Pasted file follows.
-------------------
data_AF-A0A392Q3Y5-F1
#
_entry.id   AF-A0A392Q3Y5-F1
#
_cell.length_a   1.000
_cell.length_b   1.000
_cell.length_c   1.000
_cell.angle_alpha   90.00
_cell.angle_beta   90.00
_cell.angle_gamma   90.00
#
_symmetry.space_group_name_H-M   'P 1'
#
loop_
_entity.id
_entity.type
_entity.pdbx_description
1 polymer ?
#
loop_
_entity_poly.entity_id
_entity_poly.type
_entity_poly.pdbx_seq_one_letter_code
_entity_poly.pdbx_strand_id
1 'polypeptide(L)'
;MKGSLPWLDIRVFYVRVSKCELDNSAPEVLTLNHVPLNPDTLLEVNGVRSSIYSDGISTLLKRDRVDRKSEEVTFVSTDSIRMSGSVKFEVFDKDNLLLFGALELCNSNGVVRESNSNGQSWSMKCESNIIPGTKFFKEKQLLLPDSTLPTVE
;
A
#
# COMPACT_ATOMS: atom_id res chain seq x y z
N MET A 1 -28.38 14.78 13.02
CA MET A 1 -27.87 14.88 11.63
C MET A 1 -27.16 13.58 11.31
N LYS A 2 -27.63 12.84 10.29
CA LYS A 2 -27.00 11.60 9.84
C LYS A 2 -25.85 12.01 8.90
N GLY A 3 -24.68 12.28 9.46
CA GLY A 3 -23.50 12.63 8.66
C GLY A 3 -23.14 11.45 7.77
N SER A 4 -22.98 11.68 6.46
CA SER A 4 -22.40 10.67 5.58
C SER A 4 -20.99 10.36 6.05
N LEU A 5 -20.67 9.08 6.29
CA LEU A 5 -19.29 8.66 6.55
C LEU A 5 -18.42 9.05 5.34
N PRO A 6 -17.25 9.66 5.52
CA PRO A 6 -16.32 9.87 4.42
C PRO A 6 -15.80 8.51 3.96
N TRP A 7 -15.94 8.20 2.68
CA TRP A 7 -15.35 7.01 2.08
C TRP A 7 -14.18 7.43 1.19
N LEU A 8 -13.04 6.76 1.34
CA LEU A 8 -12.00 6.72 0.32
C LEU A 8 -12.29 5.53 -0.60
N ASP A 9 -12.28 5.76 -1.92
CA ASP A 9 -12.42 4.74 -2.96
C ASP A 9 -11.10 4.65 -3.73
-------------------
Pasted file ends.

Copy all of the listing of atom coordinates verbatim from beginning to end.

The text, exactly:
data_AF-A0A392Q3Y5-F1
#
_entry.id   AF-A0A392Q3Y5-F1
#
_cell.length_a   1.000
_cell.length_b   1.000
_cell.length_c   1.000
_cell.angle_alpha   90.00
_cell.angle_beta   90.00
_cell.angle_gamma   90.00
#
_symmetry.space_group_name_H-M   'P 1'
#
loop_
_entity.id
_entity.type
_entity.pdbx_description
1 polymer ?
#
loop_
_entity_poly.entity_id
_entity_poly.type
_entity_poly.pdbx_seq_one_letter_code
_entity_poly.pdbx_strand_id
1 'polypeptide(L)'
;MKGSLPWLDIRVFYVRVSKCELDNSAPEVLTLNHVPLNPDTLLEVNGVRSSIYSDGISTLLKRDRVDRKSEEVTFVSTDSIRMSGSVKFEVFDKDNLLLFGALELCNSNGVVRESNSNGQSWSMKCESNIIPGTKFFKEKQLLLPDSTLPTVE
;
A
#
# COMPACT_ATOMS: atom_id res chain seq x y z
N MET A 1 -28.38 14.78 13.02
CA MET A 1 -27.87 14.88 11.63
C MET A 1 -27.16 13.58 11.31
N LYS A 2 -27.63 12.84 10.29
CA LYS A 2 -27.00 11.60 9.84
C LYS A 2 -25.85 12.01 8.90
N GLY A 3 -24.68 12.28 9.46
CA GLY A 3 -23.50 12.63 8.66
C GLY A 3 -23.14 11.45 7.77
N SER A 4 -22.98 11.68 6.46
CA SER A 4 -22.40 10.67 5.58
C SER A 4 -20.99 10.36 6.05
N LEU A 5 -20.67 9.08 6.29
CA LEU A 5 -19.29 8.66 6.55
C LEU A 5 -18.42 9.05 5.34
N PRO A 6 -17.25 9.66 5.52
CA PRO A 6 -16.32 9.87 4.42
C PRO A 6 -15.80 8.51 3.96
N TRP A 7 -15.94 8.20 2.68
CA TRP A 7 -15.35 7.01 2.08
C TRP A 7 -14.18 7.43 1.19
N LEU A 8 -13.04 6.76 1.34
CA LEU A 8 -12.00 6.72 0.32
C LEU A 8 -12.29 5.53 -0.60
N ASP A 9 -12.28 5.76 -1.92
CA ASP A 9 -12.42 4.74 -2.96
C ASP A 9 -11.10 4.65 -3.73